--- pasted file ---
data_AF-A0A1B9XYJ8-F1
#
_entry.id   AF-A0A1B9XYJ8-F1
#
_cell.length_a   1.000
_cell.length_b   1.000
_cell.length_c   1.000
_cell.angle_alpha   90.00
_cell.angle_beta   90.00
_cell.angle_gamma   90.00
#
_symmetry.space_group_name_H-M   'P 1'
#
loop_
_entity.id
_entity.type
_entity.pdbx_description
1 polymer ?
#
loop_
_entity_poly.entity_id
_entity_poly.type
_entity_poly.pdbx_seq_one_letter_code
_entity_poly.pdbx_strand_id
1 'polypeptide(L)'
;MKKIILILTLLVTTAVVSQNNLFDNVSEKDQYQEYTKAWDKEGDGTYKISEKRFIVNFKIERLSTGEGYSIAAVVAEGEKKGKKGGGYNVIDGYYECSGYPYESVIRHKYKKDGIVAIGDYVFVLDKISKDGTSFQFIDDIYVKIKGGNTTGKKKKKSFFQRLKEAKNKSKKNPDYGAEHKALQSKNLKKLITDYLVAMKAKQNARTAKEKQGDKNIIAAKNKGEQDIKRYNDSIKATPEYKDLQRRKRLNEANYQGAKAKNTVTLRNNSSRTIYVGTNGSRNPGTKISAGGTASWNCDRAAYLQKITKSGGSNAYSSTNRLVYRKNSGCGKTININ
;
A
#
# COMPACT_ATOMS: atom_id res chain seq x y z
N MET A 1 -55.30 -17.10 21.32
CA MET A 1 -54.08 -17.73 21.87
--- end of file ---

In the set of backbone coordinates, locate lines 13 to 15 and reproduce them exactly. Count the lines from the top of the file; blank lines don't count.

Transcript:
#
loop_
_entity.id